Last week I mentioned that June was Men’s Health Month. The article I read by Chris Oresti made me want to read his book Help On The Way. Healthcare is a topic that is on my mind a lot lately. My parents are now both retirement age as of this year. Their health is OK most days due to the cocktail of pharmaceutical drugs that allow them to be. I’ll be moving out in November after I get married. They’re well being is a priority. Neither could afford a financial blow due to unexpected medical expenses. It peaked my interest to read about the possibility of using a life insurance policy to pay for assisted living and home care. Read on to read an excerpt and my thoughts on the book.
My friend Leslie gave me The Kill Artist, written by Daniel Silva, to read a few months ago. She said it was a fast paced spy book thriller. If I liked it, there were plenty more in the series to read. It’s great when you have friends who share the same taste in books. Leslie was right, I couldn’t put The Kill Artist down! Read on to find my review of the book and an excerpt!
I finally finished reading Committed by Elizabeth Gilbert. I began a discussion about it a few months back in the post titled Should We Come with a WARNING Label? While the title may be explanatory it might make sense to revisit it.
I liked the research done about the topic of marriage. The different points of view of what marriage is and what makes it survive varied from country to country, but the one constant was the work that went into it. I believe that marriage should never be taken lightly and neither did Elizabeth.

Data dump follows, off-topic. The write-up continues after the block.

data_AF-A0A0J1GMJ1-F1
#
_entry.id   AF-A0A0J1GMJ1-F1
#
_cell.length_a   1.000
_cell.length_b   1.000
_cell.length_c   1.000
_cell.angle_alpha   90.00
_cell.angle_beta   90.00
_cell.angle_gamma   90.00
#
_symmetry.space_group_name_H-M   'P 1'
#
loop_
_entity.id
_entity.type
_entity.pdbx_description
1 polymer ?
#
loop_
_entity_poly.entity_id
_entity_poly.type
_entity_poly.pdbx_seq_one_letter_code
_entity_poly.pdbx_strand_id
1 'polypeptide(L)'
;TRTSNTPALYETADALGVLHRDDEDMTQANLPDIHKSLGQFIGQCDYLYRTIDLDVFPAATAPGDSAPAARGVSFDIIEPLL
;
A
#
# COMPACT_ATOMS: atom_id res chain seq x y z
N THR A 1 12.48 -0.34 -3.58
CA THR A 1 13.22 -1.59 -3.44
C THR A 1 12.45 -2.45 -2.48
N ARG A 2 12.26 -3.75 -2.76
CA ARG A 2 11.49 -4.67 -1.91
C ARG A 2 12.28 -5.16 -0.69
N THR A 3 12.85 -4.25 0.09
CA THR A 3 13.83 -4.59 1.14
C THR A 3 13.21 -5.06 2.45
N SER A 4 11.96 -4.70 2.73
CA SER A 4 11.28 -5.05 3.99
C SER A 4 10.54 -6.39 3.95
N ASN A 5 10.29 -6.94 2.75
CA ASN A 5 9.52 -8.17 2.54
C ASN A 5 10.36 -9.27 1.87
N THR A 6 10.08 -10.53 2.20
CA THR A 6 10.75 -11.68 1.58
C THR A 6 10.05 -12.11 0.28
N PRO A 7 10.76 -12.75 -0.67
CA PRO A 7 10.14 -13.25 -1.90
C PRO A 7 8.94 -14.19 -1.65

There were many points in the book that I jotted down, but what I’d like to discuss with you today is what you think about marriage. Do you feel that marriage is giving up a piece of you?
‘…Robert Frost wrote that “a man must partly give up being a man” in order to enter into marriage – and I cannot fairly deny this point when it comes to my family. I have written many pages already describing marriage as a repressive tool used against women, but it’s important to remember that marriage is often used as a repressive tool against men, too. Marriage is a harness of civilization, linking a man to a set of obligations and thereby containing his restless energies…’ Pg 197
In all honesty, this idea of marriage being a repressive tool saddens me. I am not married yet. But I do not want to feel repressed and I do not want my husband to be to feel repressed either. I love his restless energies. I would hope that we could have a 50/50 relationship, where the responsibility of a marriage is not carried more by one person than the other. I know that we have our strong suits and I feel confident that we work as a team on virtually everything except for picking a restaurant. I do feel that the times have changed significantly, enough to say that the husband and wife no longer have assigned roles. What say you?